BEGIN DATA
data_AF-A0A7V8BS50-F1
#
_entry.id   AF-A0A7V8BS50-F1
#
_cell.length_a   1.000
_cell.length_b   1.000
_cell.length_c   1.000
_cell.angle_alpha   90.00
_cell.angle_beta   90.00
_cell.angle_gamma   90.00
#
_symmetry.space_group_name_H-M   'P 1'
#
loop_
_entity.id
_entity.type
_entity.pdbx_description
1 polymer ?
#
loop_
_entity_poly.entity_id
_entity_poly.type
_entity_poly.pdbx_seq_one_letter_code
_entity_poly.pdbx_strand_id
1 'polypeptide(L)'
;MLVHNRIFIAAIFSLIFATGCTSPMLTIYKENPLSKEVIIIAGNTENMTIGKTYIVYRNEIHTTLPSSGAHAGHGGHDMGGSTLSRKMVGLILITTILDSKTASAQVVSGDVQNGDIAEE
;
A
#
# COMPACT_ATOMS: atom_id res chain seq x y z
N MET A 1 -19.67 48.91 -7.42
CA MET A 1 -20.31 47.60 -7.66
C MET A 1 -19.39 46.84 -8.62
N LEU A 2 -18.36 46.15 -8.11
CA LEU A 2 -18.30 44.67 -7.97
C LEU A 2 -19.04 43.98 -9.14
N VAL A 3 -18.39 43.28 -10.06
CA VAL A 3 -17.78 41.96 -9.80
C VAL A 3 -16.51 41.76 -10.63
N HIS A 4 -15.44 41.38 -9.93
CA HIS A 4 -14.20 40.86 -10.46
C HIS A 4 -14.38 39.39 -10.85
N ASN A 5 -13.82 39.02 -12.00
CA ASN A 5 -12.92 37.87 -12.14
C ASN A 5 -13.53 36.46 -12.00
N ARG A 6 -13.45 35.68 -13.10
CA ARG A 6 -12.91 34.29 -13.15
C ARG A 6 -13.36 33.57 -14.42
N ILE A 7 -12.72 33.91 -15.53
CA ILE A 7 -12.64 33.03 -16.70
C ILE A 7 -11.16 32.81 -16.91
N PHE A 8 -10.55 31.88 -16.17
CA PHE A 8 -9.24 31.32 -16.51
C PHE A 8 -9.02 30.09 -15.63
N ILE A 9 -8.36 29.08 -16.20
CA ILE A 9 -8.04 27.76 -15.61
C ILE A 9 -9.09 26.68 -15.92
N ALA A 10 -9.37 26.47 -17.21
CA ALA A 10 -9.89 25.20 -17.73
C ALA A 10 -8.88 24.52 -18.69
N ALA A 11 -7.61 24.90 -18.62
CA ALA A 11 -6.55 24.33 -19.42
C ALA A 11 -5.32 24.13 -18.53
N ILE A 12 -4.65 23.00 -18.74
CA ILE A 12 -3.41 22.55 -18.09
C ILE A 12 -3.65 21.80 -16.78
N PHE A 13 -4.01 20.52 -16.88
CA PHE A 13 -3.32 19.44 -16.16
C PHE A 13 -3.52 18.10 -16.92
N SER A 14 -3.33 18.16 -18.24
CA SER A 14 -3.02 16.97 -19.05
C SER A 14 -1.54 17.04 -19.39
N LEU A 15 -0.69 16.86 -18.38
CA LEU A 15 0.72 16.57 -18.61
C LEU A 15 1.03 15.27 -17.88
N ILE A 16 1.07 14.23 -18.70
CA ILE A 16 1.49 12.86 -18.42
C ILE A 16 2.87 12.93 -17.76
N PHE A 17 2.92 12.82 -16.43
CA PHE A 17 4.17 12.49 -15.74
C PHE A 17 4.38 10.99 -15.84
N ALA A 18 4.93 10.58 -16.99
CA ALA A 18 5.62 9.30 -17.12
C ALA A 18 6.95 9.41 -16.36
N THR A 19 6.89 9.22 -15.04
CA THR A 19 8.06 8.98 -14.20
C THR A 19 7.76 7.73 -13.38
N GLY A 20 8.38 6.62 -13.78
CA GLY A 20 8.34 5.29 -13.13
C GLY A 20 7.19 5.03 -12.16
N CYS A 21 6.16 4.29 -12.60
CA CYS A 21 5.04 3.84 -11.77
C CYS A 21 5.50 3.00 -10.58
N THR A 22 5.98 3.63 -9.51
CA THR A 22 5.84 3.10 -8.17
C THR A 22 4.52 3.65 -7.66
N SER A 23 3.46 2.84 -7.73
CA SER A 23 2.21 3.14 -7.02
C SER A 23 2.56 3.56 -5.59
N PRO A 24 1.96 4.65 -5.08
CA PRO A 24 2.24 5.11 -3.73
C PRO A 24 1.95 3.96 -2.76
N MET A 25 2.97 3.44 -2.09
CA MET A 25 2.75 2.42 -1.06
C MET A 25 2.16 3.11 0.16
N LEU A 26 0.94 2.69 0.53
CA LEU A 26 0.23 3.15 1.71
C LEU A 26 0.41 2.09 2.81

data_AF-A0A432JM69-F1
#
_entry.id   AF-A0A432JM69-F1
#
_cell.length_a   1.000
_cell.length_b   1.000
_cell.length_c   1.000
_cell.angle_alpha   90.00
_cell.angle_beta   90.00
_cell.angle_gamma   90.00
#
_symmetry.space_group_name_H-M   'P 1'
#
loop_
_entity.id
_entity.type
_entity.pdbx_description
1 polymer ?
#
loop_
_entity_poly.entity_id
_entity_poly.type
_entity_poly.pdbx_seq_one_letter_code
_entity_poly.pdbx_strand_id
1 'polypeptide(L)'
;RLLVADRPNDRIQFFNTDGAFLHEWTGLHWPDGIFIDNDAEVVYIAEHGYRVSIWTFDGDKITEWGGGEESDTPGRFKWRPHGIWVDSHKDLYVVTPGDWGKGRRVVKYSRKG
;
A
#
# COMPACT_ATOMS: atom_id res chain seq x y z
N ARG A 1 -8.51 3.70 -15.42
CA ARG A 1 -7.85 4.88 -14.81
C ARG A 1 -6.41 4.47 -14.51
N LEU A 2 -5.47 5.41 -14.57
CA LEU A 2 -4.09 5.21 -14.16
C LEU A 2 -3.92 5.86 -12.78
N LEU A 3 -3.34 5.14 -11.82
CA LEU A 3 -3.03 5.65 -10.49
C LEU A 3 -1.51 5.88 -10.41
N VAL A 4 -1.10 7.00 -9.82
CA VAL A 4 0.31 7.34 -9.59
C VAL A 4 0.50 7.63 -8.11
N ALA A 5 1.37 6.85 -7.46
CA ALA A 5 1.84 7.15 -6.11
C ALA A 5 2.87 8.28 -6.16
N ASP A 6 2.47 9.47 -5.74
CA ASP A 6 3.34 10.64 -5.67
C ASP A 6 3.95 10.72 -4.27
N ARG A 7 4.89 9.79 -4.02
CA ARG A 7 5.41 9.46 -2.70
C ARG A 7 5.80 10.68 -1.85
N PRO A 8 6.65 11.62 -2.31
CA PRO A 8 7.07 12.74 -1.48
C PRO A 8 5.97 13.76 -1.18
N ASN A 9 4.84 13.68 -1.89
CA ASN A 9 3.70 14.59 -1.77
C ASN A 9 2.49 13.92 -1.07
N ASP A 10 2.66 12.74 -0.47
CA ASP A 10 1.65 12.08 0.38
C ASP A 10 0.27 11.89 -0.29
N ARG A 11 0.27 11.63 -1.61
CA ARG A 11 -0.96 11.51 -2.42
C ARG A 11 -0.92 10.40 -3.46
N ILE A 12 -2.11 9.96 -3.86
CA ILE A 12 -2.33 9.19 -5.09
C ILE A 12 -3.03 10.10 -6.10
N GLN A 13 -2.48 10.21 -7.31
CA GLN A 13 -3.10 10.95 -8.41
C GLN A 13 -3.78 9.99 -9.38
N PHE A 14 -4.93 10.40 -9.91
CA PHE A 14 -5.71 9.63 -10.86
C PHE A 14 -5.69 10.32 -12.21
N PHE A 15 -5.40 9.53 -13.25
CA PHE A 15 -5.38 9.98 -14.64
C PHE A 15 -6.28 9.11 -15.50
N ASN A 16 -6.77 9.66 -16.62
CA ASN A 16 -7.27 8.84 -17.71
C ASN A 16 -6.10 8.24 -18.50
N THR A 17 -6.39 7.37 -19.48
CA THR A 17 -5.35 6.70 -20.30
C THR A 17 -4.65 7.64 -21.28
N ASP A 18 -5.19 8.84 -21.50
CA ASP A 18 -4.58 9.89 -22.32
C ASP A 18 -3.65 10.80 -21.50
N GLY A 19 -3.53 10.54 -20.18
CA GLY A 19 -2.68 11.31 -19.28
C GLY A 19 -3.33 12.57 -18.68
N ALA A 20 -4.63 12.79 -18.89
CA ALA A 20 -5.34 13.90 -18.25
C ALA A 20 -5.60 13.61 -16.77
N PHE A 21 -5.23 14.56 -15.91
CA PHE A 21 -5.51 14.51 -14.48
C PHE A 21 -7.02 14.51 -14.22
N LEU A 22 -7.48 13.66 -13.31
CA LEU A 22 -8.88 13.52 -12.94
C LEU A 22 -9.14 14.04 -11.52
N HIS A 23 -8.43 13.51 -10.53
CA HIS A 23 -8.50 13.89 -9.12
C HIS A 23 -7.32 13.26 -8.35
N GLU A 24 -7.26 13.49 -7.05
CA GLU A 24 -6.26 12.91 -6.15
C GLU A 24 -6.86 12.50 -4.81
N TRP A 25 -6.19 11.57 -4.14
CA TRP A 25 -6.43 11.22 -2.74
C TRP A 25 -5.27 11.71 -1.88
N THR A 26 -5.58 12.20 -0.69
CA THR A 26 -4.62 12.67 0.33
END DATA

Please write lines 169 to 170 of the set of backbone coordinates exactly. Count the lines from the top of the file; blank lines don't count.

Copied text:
N ARG A 11 0.27 11.63 -1.61
CA ARG A 11 -0.96 11.51 -2.42